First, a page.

Cape Town was on the edge of crisis, and then it wasn’t. Cape Town has delayed its water-shortage disaster—at least until 2019.
For months, the clock on the Cape Town Day Zero has counted down threateningly close—the day the drought-stricken city would eventually run out of water. But then in February of this year, it was deferred all the way to July. Recent developments have now pushed it to 2019, without a specific date. Does this mean the Cape Town Water Crisis has been averted?
How was Day Zero Calculated?
Calculating Day Zero took into account maximum evaporation (based on temperature and wind) and existing patterns in agricultural and urban use—an equation that considered both natural and man-made conditions. Avoiding Day Zero has been a combination of both human effort and good rain. It’s also why Day Zero remains an ever-present threat, albeit one further out on the horizon.
There are two important reasons behind Cape Town’s water crisis along with a combination of factors that includes climate change, poor infrastructure planning and, politicking in a contested region.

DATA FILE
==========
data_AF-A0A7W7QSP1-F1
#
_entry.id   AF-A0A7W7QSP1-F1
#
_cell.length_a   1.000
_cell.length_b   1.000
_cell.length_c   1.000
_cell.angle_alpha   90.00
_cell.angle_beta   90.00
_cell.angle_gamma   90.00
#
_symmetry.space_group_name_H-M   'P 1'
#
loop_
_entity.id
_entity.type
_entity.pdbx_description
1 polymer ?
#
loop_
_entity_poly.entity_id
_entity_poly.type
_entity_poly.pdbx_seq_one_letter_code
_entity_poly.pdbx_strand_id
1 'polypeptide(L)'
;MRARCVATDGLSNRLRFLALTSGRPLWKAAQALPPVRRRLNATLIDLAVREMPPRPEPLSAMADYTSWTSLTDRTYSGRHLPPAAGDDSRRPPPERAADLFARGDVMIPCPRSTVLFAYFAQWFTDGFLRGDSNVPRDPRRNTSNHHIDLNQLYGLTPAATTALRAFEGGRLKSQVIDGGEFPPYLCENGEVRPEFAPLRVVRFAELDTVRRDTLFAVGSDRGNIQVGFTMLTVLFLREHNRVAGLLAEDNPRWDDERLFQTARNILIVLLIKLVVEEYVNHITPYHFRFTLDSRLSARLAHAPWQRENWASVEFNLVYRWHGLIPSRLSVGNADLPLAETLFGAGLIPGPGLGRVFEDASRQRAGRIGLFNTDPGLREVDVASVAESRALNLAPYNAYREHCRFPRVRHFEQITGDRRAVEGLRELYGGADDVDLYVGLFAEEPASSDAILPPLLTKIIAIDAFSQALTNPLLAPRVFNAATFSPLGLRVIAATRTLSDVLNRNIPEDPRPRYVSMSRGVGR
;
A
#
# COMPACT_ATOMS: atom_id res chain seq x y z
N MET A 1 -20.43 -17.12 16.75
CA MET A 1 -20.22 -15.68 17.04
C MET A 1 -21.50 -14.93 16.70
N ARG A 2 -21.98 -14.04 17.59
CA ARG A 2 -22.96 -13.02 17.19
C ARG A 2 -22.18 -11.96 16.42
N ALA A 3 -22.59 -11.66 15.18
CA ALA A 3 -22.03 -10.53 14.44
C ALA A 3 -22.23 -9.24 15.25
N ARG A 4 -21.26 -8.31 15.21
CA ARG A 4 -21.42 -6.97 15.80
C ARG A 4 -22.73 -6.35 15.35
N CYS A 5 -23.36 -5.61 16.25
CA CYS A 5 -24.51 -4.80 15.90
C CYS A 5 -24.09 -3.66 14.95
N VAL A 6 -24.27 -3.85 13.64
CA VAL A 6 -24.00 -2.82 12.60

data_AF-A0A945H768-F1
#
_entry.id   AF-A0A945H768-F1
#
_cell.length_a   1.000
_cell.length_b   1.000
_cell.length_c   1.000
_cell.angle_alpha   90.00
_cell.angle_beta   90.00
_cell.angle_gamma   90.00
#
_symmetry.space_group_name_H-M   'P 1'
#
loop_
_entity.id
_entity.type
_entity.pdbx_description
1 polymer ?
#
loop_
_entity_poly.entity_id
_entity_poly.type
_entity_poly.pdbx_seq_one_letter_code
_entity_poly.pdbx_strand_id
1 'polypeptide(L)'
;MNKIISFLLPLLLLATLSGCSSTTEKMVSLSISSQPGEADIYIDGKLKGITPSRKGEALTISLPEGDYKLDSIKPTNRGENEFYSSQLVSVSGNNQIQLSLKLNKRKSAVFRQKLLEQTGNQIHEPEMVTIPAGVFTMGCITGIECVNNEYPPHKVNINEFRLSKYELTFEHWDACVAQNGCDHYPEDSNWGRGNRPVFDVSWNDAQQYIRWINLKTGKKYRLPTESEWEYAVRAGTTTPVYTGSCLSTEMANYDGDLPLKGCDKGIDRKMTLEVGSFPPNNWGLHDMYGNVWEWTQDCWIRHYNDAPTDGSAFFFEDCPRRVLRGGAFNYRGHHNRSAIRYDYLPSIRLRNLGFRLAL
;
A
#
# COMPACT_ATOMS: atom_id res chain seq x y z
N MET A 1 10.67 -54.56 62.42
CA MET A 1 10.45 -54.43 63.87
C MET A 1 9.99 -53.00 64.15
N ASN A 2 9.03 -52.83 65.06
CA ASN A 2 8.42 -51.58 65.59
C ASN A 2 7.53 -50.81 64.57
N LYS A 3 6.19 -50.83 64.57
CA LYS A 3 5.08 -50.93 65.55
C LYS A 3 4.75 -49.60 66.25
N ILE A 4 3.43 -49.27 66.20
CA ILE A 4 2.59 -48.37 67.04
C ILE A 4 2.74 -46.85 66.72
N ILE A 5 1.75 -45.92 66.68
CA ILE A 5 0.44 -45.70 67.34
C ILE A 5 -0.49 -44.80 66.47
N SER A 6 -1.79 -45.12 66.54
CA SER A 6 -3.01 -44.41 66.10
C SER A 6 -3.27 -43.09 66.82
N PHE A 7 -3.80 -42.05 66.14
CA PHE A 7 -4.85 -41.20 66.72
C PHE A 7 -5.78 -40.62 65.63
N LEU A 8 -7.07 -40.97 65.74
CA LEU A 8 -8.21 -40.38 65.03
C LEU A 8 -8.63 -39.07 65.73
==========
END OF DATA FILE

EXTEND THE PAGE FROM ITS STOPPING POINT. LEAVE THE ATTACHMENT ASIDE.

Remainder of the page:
1. Rise In population
One of the major problems that led to the shortage of water was the population growth. Cape Town’s population has grown from 2.4 million in 1995 to 4.3 million people in 2018 but during this time the city has built only one major dam- the Berg River Dam, built in 2009. This has led to increasing storage, but only by 15%. This lack of focus on infrastructure has been blamed on politicking and personality politics.
2. Lack of water storage infrastructure
It is clear that water storage facilities in the area have much to be desired, yet the city denies that storage is a problem. The problem is not the storage; it’s that the water falling from the sky is not enough,” the water department’s Rashid Khan told radio station Cape Talk. “We have six dams. It’s enough. It’s about how to manage the water in the dams.”
As It Stands
With Day Zero now pushed out, water usage has increased and city authorities are warning that if more severe restrictions aren’t adhered to, Day Zero could soon become a definite date again. One way to keep usage in check is a proposed tariff increase of 27% for water usage, with pricing also tiered according to average water usage. For drinking water, the price could double, from 26 rand per kiloliter to 40 rand (from just under $2.10 to $3.20). There is already pushback against the increase, with business and residents’ association planning to oppose the hike.
For now, Cape Town’s winter rainy season has been heaven-sent, but scientists warn that this drier climate could be the new normal, a problem more difficult to solve than the water-use habits of the city’s inhabitants.